From the Editor: Lessons For the Long Haul


This article appears in the December edition of US Lacrosse Magazine, available exclusively to US Lacrosse members. Join or renew today! Thank you for your support.

Stop me if you’ve heard this one before.

A dad insists he has too much happening in his life to take on another commitment and politely declines the overture to coach — only to get roped in anyway for what turns out to be one of the most rewarding experiences of his sports life.

That’s me, the masked middle-age man running around the soccer field with 7-year-olds giddy like it’s his first time playing under the lights. I’m only an assistant coach, but it’s a travel team, which means there are no dandelion-pickers.

Our head coach is a serial volunteer for our community-based club. Soccer, basketball, baseball — he’s always in season and usually coaching multiple teams. My son started with him in tee ball, our boys are good friends and we live in parallel worlds. How could I say no?

At first, the return-to-play protocols seemed so restrictive. No shared equipment. Masks to and from the field for the players and always for the coaches — even if you’re huffing and puffing through a dynamic warmup demo. Checklists for every symptom under the sun and temperature checks with fickle scanners.

We quickly got used to these mitigative measures, and actually foresee keeping some of them in place long after the COVID-19 pandemic.

  • Cones, no huddles. Instead of huddling during water breaks and team talks, the kids each have an assigned cone. This limits horseplay.

  • No out-of-state tournaments. I’m sure we’ll go back to traveling at some point, but it really seems unnecessary now.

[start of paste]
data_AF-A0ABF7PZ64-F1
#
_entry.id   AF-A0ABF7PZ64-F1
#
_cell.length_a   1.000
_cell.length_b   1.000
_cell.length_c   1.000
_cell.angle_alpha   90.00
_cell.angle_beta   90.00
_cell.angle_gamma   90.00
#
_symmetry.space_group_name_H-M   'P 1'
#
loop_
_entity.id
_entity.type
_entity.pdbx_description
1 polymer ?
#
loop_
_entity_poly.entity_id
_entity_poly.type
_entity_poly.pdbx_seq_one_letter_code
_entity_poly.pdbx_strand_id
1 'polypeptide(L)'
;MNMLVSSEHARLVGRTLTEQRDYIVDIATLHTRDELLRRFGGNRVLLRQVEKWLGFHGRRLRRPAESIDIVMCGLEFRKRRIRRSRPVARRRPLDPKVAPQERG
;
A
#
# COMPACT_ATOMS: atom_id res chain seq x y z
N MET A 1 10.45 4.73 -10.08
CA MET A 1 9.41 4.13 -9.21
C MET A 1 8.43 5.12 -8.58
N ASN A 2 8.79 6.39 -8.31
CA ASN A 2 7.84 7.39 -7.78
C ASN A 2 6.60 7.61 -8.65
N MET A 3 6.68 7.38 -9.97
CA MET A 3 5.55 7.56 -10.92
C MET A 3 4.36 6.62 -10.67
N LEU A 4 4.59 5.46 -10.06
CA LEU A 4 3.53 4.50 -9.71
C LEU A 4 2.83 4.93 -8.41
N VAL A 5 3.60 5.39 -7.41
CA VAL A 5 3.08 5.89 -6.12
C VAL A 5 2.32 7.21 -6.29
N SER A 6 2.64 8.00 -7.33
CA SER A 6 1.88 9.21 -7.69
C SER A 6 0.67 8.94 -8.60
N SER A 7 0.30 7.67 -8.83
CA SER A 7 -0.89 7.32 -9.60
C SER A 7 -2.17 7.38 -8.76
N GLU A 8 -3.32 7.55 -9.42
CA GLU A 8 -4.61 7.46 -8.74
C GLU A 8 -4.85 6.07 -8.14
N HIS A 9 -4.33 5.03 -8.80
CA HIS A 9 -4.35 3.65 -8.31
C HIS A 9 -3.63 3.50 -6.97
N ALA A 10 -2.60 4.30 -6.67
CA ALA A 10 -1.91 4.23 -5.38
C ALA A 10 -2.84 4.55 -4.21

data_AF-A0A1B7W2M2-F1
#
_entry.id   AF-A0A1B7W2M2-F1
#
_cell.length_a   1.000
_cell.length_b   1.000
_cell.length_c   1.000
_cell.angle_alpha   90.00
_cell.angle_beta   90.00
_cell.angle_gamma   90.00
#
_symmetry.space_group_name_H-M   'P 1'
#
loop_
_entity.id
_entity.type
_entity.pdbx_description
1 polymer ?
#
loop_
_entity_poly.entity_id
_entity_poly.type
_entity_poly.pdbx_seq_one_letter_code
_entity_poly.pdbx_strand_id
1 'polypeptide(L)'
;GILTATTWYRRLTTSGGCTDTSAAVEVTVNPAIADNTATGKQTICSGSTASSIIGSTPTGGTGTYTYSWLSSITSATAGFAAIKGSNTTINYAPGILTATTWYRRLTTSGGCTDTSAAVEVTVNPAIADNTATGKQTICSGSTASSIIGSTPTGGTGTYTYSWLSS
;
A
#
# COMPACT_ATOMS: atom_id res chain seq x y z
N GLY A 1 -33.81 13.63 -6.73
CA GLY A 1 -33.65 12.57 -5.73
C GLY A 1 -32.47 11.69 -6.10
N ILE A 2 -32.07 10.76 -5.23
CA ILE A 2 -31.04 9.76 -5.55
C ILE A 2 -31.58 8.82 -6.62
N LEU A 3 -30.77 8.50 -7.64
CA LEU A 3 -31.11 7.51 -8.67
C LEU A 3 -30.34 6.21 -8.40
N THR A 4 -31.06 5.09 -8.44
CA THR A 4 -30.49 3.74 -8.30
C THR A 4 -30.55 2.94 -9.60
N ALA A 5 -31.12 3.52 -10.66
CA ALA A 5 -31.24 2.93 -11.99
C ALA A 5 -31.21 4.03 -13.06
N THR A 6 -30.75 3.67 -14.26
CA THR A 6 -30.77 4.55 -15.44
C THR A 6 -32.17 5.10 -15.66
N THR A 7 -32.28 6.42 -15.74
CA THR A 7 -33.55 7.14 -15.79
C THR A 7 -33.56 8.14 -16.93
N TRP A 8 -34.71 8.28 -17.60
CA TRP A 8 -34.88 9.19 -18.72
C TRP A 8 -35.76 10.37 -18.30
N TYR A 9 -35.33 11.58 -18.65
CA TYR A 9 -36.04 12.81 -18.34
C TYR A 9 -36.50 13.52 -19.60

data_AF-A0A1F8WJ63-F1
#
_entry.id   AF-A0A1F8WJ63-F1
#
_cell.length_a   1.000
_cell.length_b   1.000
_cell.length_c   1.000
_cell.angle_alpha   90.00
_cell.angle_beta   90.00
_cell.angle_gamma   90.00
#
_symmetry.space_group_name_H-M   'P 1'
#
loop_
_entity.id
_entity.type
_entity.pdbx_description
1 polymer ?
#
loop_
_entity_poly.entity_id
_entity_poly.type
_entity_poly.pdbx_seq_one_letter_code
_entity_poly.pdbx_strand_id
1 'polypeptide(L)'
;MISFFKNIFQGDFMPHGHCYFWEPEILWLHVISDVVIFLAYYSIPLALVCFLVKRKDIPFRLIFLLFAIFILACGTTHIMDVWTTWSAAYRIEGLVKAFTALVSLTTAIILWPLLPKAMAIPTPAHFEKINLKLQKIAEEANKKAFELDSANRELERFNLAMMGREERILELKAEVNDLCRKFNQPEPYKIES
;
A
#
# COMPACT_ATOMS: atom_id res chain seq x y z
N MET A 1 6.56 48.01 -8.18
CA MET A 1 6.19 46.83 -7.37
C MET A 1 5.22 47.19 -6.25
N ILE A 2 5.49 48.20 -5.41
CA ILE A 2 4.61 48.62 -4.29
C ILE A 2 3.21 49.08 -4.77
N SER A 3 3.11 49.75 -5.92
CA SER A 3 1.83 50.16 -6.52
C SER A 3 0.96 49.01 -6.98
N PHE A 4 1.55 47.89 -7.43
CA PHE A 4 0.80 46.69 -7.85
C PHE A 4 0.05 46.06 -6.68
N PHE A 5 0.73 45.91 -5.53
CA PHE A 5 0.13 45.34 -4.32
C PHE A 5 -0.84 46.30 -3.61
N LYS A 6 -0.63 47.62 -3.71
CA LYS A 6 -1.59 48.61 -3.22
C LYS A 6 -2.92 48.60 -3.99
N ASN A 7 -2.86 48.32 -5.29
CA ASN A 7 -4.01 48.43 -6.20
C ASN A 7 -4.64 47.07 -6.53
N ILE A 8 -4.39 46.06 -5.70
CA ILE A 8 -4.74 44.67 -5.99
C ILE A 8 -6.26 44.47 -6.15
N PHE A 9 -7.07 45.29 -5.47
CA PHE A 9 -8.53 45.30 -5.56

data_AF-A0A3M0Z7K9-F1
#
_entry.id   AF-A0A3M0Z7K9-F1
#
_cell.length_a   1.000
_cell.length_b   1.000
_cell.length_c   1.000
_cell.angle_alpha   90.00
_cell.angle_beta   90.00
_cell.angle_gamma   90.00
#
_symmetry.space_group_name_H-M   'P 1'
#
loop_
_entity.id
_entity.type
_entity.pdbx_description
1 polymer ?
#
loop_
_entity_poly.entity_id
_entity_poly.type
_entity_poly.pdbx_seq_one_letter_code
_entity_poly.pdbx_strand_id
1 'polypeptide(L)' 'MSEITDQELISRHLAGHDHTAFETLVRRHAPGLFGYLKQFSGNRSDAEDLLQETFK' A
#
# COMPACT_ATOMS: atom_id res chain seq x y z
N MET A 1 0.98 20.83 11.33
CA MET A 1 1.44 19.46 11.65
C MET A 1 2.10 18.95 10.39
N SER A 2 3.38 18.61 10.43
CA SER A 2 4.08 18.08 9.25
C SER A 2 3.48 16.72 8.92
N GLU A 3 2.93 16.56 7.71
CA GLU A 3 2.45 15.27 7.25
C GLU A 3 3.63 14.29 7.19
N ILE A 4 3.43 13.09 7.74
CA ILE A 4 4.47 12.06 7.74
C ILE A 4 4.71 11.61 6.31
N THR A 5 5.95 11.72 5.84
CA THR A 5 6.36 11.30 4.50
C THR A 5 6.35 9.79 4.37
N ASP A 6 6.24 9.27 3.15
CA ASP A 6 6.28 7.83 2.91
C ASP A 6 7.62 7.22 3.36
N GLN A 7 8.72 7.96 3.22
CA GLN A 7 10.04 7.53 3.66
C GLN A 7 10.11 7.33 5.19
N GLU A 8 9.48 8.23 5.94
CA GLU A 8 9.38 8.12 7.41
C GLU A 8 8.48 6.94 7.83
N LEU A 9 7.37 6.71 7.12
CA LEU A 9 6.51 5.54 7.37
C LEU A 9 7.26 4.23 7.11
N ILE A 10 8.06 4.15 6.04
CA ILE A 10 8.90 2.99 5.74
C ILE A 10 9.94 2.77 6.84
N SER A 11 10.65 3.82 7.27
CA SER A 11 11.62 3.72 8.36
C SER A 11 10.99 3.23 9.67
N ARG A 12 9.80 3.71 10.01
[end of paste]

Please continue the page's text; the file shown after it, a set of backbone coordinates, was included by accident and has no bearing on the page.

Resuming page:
• One-hour practices. Time flies. We don’t jam too much into a session. We use the play-practice-play model and focus on one skill or strategy each practice. We don’t have time for more than that. It leaves the kids wanting more. Burnout has not been a problem.

  • Parents on the same sideline as the team. Some coaches might not agree with this, but I find it beneficial for parents to be within earshot. They can hear the concepts we are reinforcing and see them in action. They’re less likely to berate officials, interfere with instruction or contradict the coaches. We’re literally all on the same side.

  • Smaller everything. We had 10 players and three coaches. Lacrosse Athlete Development Model fans understand why the growth in compete and skill level was most palpable in station-based games with lots of touches.

  • Free play. Sometimes, we just let the boys go. They’re cooped up all day, many of them in virtual classrooms. This is their one outlet. Their bubbles don’t expand much beyond their immediate families and this group of 13. We let them play.

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